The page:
The Pentagon began reconsidering its mobile device policy after the fitness-tracking app Strava compiled user location data in a global heat map and inadvertently revealed the locations of multiple overseas military bases. The data dump also publicized the identities and locations of international aid workers, intelligence operatives and military personnel, raising security concerns among government officials.

The new rules are less extreme than the facilitywide cellphone ban Defense Secretary James Mattis reportedly considered after the Strava incident.

Agency officials have 180 days to fully implement the policy.


A sophisticated and targeted mobile espionage campaign has been found targeting North Korean defectors. Mounted by a relatively new APT actor known as Sun Team, the offensive used Google Play and Facebook as attack vectors; and overall, it shows how quickly the mobile threat landscape is evolving as APTs shift tactics to focus on this segment.

The RedDawn campaign, as it has been dubbed by the researchers that observed it, planted three “unreleased” beta apps in Google Play that target Korean-speaking users. They masquerade as something useful. One is called Food Ingredients Info, and the other two claim to be security-related (Fast AppLock and AppLockFree).

“We are witnessing an evolution of the traditional kill chain, where the platform is truly becoming agnostic,” Raj Samani, chief scientist at McAfee, said in an email interview. “Mobile malware is over 14 years old, and the evolution of mobile threats into mobile APTs is a testament of the fact of how critical mobile devices have become to us in our digital life.”

In reality, the food app and Fast AppLock secretly steal sensitive data like contacts, messages, call recordings and photos, and they’re also capable of receiving commands and additional executable (.dex) files from a C2 server. AppLockFree, on the other hand, appears to be part of a reconnaissance effort, setting the foundation for a future wave of attacks.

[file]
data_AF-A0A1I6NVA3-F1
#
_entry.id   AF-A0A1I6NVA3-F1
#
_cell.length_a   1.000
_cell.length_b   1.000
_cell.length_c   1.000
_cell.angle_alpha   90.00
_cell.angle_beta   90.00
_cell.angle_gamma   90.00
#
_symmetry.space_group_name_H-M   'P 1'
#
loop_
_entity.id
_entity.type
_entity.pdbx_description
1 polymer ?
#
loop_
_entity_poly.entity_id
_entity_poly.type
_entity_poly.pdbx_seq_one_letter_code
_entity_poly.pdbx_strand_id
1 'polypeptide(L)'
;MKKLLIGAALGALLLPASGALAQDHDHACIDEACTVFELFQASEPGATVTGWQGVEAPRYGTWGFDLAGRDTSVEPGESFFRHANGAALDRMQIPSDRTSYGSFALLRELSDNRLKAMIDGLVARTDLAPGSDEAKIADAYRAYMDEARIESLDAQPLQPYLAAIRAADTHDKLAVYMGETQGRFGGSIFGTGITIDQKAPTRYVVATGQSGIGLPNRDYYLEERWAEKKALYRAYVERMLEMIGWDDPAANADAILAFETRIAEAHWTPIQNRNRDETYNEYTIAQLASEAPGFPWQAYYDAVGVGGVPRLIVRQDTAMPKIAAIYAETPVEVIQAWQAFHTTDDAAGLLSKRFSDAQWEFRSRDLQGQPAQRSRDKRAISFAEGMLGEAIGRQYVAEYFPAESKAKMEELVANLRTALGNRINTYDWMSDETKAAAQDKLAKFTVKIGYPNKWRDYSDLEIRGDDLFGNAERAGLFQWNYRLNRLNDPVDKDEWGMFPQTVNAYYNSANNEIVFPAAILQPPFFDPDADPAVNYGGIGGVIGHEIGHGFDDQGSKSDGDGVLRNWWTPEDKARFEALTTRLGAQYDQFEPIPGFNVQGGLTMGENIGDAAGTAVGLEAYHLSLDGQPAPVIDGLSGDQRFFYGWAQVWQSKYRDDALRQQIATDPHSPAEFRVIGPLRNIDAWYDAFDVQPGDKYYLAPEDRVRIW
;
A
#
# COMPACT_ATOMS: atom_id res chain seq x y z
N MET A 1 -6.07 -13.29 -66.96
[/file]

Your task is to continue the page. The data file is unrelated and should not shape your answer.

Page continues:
“We believe this group behind this campaign is just getting started,” said Samani.

As for how the malicious apps made it into the official store in the first place, he explained that the apps were meant to be an innocuous-looking initial foundation for the attack.


The FBI has disrupted a network of half a million routers compromised by the group of Russian hackers believed to have penetrated the Democratic National Committee and the Hillary Clinton campaign during the 2016 elections, according to reports.

The hacker group, known as "Fancy Bear," has been using a malware program called "VPN Filter" to compromise home and small office routers made by Linksys, MikroTik, Netgear and TP-Link, as well as QNAP network-attached storage devices.

VPN Filter is "particularly concerning" because components of the malware can be used for the theft of website credentials and to target industrial system protocols, such as those used in manufacturing and utility settings, Cisco Talos Threat Researcher William Largent explained in a Wednesday post.

"The malware has a destructive capability that can render an infected device unusable," he said, "which can be triggered on individual victim machines or en masse, and has the potential of cutting off Internet access for hundreds of thousands of victims worldwide."

Neutralizing Malware

The FBI on Tuesday obtained a court order from a federal magistrate judge in Pittsburgh to seize control of the Internet domain used by the Russian hackers to manage the malware, The Daily Beast reported.